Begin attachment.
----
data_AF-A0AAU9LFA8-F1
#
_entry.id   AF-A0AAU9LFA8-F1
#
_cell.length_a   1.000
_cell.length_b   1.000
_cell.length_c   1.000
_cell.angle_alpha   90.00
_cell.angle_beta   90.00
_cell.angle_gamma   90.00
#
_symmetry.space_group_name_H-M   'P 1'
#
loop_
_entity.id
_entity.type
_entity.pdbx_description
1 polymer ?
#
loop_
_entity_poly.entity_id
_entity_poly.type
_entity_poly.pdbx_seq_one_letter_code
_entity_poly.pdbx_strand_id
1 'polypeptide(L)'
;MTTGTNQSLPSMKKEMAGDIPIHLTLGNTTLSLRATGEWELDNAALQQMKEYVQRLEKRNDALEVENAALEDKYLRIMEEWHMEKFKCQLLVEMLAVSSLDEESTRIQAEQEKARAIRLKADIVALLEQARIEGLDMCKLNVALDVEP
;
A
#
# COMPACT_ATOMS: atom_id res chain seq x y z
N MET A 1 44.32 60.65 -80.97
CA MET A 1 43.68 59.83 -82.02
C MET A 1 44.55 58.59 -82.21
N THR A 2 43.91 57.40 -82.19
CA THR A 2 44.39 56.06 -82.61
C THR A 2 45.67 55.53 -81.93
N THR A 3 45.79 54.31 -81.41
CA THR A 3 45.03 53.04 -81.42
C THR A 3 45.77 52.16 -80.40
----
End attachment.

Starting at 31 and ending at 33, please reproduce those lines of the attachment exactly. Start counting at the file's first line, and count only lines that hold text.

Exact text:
N MET A 1 44.32 60.65 -80.97
CA MET A 1 43.68 59.83 -82.02
C MET A 1 44.55 58.59 -82.21